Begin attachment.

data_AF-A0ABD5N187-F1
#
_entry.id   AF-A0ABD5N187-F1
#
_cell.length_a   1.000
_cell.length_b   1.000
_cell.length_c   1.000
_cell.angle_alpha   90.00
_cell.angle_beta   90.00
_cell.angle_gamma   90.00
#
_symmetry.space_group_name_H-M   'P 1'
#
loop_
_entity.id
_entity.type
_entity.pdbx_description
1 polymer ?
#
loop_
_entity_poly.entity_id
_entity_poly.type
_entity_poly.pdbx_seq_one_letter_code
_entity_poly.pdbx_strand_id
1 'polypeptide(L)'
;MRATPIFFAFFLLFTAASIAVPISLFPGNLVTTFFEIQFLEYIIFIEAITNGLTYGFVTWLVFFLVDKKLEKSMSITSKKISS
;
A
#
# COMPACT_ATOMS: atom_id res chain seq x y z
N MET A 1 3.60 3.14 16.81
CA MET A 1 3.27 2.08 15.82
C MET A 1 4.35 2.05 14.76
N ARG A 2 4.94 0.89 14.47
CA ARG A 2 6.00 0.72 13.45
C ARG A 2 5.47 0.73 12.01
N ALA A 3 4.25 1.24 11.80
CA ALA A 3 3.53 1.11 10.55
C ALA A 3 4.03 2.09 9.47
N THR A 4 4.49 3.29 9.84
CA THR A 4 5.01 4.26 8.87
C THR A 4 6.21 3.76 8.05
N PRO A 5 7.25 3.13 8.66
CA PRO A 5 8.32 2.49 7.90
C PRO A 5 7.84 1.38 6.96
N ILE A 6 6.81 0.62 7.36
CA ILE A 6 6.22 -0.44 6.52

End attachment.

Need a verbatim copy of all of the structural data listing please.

data_AF-A0ABD5N187-F1
#
_entry.id   AF-A0ABD5N187-F1
#
_cell.length_a   1.000
_cell.length_b   1.000
_cell.length_c   1.000
_cell.angle_alpha   90.00
_cell.angle_beta   90.00
_cell.angle_gamma   90.00
#
_symmetry.space_group_name_H-M   'P 1'
#
loop_
_entity.id
_entity.type
_entity.pdbx_description
1 polymer ?
#
loop_
_entity_poly.entity_id
_entity_poly.type
_entity_poly.pdbx_seq_one_letter_code
_entity_poly.pdbx_strand_id
1 'polypeptide(L)'
;MRATPIFFAFFLLFTAASIAVPISLFPGNLVTTFFEIQFLEYIIFIEAITNGLTYGFVTWLVFFLVDKKLEKSMSITSKKISS
;
A
#
# COMPACT_ATOMS: atom_id res chain seq x y z
N MET A 1 3.60 3.14 16.81
CA MET A 1 3.27 2.08 15.82
C MET A 1 4.35 2.05 14.76
N ARG A 2 4.94 0.89 14.47
CA ARG A 2 6.00 0.72 13.45
C ARG A 2 5.47 0.73 12.01
N ALA A 3 4.25 1.24 11.80
CA ALA A 3 3.53 1.11 10.55
C ALA A 3 4.03 2.09 9.47
N THR A 4 4.49 3.29 9.84
CA THR A 4 5.01 4.26 8.87
C THR A 4 6.21 3.76 8.05
N PRO A 5 7.25 3.13 8.66
CA PRO A 5 8.32 2.49 7.90
C PRO A 5 7.84 1.38 6.96
N ILE A 6 6.81 0.62 7.36
CA ILE A 6 6.22 -0.44 6.52